Grave Goods – Melissa Harrison

Melissa Harrison by Rebecca Morris Knight

Melissa Harrison, by Rebecca Morris Knight.

Melissa Harrison is a novelist, nature writer and columnist. Her most recent book, All Among the Barley, was the UK winner of the European Union Prize for Literature; At Hawthorn Time was nominated for the Costa Novel of the Year and the Women’s Prize for Fiction. She lives in Suffolk, mostly, and London a bit.

 

 


Tools of the Trade – a tool/implement without which you’d be lost

The obvious answer for a writer is a pen and paper, or a laptop, or a typewriter – and of course, that’s what I’d really like. To avoid being boring, though, I’ll say a camera. Back when I was becoming a writer and hadn’t yet realised it, one of the most useful things I accidentally did was learn to take pictures using a proper DSLR. It taught me to slow down and look properly rather than glancing or assuming, and forced me to choose one thing over another to put a frame around: all vital skills for a novelist. But more than that, it freed me because it felt like play – something creative without serious consequences – whereas writing felt deadly, overwhelmingly serious.

Nowadays, while I still take a lot of photos, I’ve become lazy and mostly just use a smartphone. Wait – can I take my smartphone, and is there 5G in the afterlife? Because then I’ll have a camera and a notebook, and a diary app, and maps…

 

Food for the Journey – a favourite portable snack, or a portion of something from your funeral feast.

When travelling – especially to literary festivals or book-related events – I usually make sure to have a Tracker bar secreted about me somewhere, because organisers sometimes forget to feed you and Trackers are a non-smelly, non-messy, quick-to-eat snack, ideal for nibbling on even in the most restricted of coffins, cairns or cists. The full-size ones are getting harder and harder to find, though, which is causing me some disquiet. I joked recently to another author that they’ve become so rare they’re being traded as currency in some parts of South London. I’m fairly sure he believed me.

 

Memento Vivere – a memento of a companion/event to bring you cheer

A silver necklace with a ring on it, about which no more need be said.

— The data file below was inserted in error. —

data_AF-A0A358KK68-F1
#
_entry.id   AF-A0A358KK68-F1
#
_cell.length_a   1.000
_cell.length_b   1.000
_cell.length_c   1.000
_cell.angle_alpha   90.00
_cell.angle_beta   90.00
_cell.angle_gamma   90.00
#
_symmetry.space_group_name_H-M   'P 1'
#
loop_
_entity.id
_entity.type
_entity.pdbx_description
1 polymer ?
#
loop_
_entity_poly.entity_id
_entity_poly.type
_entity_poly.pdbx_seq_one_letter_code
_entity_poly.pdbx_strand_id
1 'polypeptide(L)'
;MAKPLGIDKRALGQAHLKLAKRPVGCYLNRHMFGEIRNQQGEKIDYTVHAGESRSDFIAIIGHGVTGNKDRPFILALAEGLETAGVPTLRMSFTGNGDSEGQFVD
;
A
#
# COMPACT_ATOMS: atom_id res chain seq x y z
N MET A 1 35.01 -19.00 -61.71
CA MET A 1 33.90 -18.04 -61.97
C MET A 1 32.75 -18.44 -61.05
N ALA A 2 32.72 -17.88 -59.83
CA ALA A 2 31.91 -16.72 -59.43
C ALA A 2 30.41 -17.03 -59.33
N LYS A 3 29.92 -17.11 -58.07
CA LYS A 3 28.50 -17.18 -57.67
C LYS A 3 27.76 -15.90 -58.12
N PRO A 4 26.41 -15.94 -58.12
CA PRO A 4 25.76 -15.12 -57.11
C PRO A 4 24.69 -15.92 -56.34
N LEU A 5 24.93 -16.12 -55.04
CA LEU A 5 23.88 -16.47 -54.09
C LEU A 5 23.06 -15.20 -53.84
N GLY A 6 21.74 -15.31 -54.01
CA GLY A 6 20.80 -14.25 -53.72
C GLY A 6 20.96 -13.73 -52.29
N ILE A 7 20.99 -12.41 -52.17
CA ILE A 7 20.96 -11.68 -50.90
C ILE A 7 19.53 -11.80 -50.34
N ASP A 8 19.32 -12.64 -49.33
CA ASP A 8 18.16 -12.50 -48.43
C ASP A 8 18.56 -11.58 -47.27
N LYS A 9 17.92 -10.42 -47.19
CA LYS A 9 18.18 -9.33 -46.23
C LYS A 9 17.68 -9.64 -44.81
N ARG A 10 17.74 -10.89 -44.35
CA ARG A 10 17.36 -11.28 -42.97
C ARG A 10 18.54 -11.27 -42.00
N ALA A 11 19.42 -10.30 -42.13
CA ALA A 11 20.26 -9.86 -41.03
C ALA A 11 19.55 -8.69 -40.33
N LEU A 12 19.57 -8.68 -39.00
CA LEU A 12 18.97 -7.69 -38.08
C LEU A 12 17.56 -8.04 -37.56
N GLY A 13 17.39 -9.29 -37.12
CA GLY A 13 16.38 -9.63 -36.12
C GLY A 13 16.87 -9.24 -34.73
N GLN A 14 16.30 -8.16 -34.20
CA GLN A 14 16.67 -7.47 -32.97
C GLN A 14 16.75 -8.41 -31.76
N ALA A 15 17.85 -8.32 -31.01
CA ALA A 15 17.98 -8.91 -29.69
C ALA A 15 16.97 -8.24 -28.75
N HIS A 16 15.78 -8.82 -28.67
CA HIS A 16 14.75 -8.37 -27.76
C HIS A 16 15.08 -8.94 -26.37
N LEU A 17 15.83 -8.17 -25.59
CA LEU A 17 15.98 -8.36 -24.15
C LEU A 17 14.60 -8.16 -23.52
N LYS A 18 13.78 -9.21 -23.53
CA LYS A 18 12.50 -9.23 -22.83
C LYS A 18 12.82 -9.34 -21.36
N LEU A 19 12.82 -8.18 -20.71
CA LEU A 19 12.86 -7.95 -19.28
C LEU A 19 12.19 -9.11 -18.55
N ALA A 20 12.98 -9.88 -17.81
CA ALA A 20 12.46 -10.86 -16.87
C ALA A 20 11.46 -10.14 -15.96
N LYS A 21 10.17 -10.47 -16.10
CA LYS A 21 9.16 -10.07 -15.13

Ex Libris – the book or text you are least likely to tire of reading.

The book I love best – and which made me a writer – is Brian Carter’s utterly extraordinary A Black Fox Running. But I worry I’d grow sick of it if that was all I had to read while dossing around endlessly in the marble halls of the dead, which would be gutting. Instead I’d take something like The Country Diaries: A Year in the British Countryside, edited by Alan Taylor: seasonal snapshots of the rural landscapes I love so fiercely and will miss so deeply, seen across time and through all sorts of eyes.

 

Lucky Deposition – a bonus selection chosen by the guest – can include transport.

A Ouija board for contacting the living: I quite fancy doing some kind of really creative haunt to pass the time, and it strikes me that it might be a good way to get started, until such time as I’ve learned all the tricks of the trade.

My best friend in primary school had a Ouija board (her brother also kept dirty mags under his bed, and they were allowed fizzy pop. I loved going to her house). We played with it once, after school, and her bedroom lamp fell over for absolutely no reason. I’m not sure I’ve ever been so scared in all my life – except for the time I was staying in a holiday cottage in Weardale and the kitchen radio switched itself on at 3am and when I crept down to investigate there was a massive horse looking in at the window.

A Message from Beyond the Grave – an entirely discretionary option – leave a note for a future generation to find.

Hold tight x

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